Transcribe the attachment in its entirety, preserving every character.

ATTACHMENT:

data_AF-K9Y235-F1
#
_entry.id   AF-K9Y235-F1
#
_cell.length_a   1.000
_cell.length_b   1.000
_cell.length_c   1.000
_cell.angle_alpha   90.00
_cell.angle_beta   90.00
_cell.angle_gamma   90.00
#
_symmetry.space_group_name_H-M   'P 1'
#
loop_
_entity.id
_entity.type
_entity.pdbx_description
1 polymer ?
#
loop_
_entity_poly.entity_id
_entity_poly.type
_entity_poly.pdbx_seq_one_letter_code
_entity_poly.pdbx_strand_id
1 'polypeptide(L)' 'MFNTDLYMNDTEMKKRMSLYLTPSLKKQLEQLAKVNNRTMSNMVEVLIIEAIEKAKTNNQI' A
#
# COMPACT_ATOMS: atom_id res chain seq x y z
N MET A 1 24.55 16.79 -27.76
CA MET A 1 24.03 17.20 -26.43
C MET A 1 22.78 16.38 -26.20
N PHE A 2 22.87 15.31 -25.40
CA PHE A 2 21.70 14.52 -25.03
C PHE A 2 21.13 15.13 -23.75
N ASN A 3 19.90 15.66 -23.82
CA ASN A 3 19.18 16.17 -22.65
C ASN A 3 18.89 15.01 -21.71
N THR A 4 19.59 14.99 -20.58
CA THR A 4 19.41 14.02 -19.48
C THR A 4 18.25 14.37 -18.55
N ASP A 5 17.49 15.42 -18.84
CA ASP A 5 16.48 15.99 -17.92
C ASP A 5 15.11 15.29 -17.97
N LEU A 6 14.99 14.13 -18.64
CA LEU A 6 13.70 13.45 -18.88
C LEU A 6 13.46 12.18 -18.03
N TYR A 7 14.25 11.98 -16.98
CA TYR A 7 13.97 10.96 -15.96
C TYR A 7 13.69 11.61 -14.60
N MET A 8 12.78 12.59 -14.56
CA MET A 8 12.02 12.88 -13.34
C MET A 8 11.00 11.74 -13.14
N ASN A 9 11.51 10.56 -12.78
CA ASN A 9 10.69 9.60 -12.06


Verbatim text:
data_AF-K9Y235-F1
#
_entry.id   AF-K9Y235-F1
#
_cell.length_a   1.000
_cell.length_b   1.000
_cell.length_c   1.000
_cell.angle_alpha   90.00
_cell.angle_beta   90.00
_cell.angle_gamma   90.00
#
_symmetry.space_group_name_H-M   'P 1'
#
loop_
_entity.id
_entity.type
_entity.pdbx_description
1 polymer ?
#
loop_
_entity_poly.entity_id
_entity_poly.type
_entity_poly.pdbx_seq_one_letter_code
_entity_poly.pdbx_strand_id
1 'polypeptide(L)' 'MFNTDLYMNDTEMKKRMSLYLTPSLKKQLEQLAKVNNRTMSNMVEVLIIEAIEKAKTNNQI' A
#
# COMPACT_ATOMS: atom_id res chain seq x y z
N MET A 1 24.55 16.79 -27.76
CA MET A 1 24.03 17.20 -26.43
C MET A 1 22.78 16.38 -26.20
N PHE A 2 22.87 15.31 -25.40
CA PHE A 2 21.70 14.52 -25.03
C PHE A 2 21.13 15.13 -23.75
N ASN A 3 19.90 15.66 -23.82
CA ASN A 3 19.18 16.17 -22.65
C ASN A 3 18.89 15.01 -21.71
N THR A 4 19.59 14.99 -20.58
CA THR A 4 19.41 14.02 -19.48
C THR A 4 18.25 14.37 -18.55
N ASP A 5 17.49 15.42 -18.84
CA ASP A 5 16.48 15.99 -17.92
C ASP A 5 15.11 15.29 -17.97
N LEU A 6 14.99 14.13 -18.64
CA LEU A 6 13.70 13.45 -18.88
C LEU A 6 13.46 12.18 -18.03
N TYR A 7 14.25 11.98 -16.98
CA TYR A 7 13.97 10.96 -15.96
C TYR A 7 13.69 11.61 -14.60
N MET A 8 12.78 12.59 -14.56
CA MET A 8 12.02 12.88 -13.34
C MET A 8 11.00 11.74 -13.14
N ASN A 9 11.51 10.56 -12.78
CA ASN A 9 10.69 9.60 -12.06